Monday, July 24, 2006
The Gold-Threaded Dress
This book has been staring at me from the stacks at school for a couple of years now. I finally got around to reading it!
Oy and her family have moved to a new neighbourhood, and Oy has had to switch schools. In her old school, nobody bothered her about being Asian. At this school, things are different. Frankie kept saying, "What are you?" He keeps calling her Chinese. In fact, because of Frankie kids on the playground keep calling her China, or Chinita. Oy, in fact, is Thai.
All Oy wants to do is fit in. The cool girls, led by Liliandra, all hang out in her clubhouse under the jungle gym. Oy wishes that she could be invited as well.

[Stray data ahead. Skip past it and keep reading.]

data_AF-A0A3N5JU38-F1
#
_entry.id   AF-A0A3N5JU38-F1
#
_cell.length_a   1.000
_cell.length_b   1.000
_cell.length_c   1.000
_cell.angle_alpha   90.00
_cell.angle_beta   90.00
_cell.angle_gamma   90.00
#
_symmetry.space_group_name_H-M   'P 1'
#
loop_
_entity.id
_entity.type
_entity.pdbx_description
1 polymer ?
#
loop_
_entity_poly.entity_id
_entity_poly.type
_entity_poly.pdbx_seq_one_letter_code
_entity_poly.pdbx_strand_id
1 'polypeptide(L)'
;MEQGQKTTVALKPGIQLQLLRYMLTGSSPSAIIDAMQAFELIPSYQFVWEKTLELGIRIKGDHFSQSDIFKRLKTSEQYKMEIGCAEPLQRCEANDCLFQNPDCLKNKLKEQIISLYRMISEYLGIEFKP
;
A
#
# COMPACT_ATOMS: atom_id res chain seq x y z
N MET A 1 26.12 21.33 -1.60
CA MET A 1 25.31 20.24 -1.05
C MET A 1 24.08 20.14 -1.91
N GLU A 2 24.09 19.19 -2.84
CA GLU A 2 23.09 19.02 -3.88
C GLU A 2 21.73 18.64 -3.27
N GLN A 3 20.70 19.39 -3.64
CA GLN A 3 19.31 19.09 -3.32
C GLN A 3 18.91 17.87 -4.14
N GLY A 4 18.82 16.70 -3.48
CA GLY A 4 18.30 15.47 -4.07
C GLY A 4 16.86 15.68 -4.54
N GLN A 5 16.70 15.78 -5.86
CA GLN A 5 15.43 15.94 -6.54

One day a photo falls out of Oy's backpack and Liliandra sees it. It is Oy in her traditional Thai dress that her grandmother had brought to her from Thailand. It is a beautiful pink dress, run through with gold stitching. Liliandra decides to invite Oy over to the clubhouse. But there is a catch. She must bring her special Thai dress with her.
Oy is torn. She desperately wants to fit in, but she is also worried about lying to her mother and bringing her dress to school.
This is a very young story. The characters are in fourth grade and are quite innocent. The best thing about the story is the honest portrayal of Oy's being "stuck" between two cultures. She has one foot in the Thai world, and one in her American neighbourhood.
Marsden has done a great job of exploring race between children. The majority of Oy's classmates are Mexican American, and her own household is traditional Thai. The insensitivity of her classmates calling her Chinese or from Taiwan, does not get lost on the reader.
I would recommend this to younger readers who are interested in contemporary fiction, and to those readers who may find themselves merging cultures.